One thing that really winds me up is bad customer service. I’m a complainer. I rant. I tell everyone. I also go out of my way to thank people if they have done a good job – so I think its fair. Everyone I know is aware of the exceptional service of Thelma at Debenhams on Oxford Street. Amazing woman.
My intolerance for poor service started with an early job in the customer service team at a travel agency. My days consisted of being shouted at by people who had booked the wrong flight, or were sold the wrong holiday or were upset at the lack of 24/7 free ice cream on their all-inclusive holiday to Tenerife. My comment as to ‘how much ice cream person can one person eat..really?” didn’t go down too well and resulted in some lengthy correspondence between the wannabe ice cream eater and the Chief Exec.
However, I do applaud Mr Ice Cream for getting angry about the lack of ice cream, if that’s what he believed in. Surely its better to be passionate about something rather than indifferent…..even if it is chocolate ice cream sundae availability.
I stayed at a hotel in Cardiff this week. It was a customer service black hole. First up the receptionist wrote the wrong number on my room card. I spent 10 minutes attempting to break into room 332, rather than relaxing in room 322. Hungry after my attempted break in and long journey from London I tried to order food. Challenged by the lack of menu (it was being updated) and a slow and difficult process of negotiation and memory recall with the receptionist it turned out that the only option was a tuna mayonnaise jacket potato. When I asked for cheese as well it was a step too far. The receptionist went into a confused panic and I instantly regretted my request.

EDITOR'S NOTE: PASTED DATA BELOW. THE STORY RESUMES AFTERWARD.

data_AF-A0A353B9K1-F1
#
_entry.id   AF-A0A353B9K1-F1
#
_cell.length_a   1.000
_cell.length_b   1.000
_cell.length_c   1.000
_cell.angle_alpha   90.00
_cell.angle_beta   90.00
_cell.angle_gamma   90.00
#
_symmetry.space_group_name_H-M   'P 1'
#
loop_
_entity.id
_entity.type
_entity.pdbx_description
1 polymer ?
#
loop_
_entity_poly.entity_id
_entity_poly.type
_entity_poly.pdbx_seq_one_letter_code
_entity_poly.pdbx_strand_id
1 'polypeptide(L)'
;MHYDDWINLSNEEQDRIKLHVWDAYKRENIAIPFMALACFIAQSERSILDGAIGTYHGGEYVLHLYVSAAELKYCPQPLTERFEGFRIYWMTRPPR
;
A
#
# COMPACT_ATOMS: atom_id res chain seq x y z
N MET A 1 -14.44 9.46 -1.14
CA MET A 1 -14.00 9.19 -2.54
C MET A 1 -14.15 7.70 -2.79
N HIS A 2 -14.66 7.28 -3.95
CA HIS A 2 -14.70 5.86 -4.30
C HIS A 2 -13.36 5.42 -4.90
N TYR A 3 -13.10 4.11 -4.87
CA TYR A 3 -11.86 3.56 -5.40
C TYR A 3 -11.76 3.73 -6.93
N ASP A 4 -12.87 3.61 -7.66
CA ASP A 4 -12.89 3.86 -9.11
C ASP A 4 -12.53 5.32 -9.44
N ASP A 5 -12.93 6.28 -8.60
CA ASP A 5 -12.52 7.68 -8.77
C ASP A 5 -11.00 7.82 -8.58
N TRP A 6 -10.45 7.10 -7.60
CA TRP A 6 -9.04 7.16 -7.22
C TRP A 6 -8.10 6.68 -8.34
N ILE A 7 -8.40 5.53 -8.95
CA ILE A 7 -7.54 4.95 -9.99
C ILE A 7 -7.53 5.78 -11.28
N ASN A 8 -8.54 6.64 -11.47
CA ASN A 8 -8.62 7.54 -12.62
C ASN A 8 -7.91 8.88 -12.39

The potato did eventually arrive. It was OK. No complaints about the potato per say. I went to bed without paying for my potato. I got a late night call to my room demanding I come and pay for my potato immediately – I refused. What other hotel do you have to pay for goods on a potato by potato basis?
In the morning I had to sign to say I had received cutlery (and pay for my potato). I had breakfast with some vicars.
Perhaps David Lynch would like some inspiration for his next film from this surreal place?
My point is that great customer service isn’t hard. Just put yourself in your customers or your donors shoes – what would you expect? And what would make you feel special and that someone has gone out of their way for you. And if you get it wrong be quick to say sorry.
It’s a competitive world, the small touches are valued and will entice people back. I wont be going back to the Cardiff black hole – not unless David Lynch asks me to star in his next blockbuster.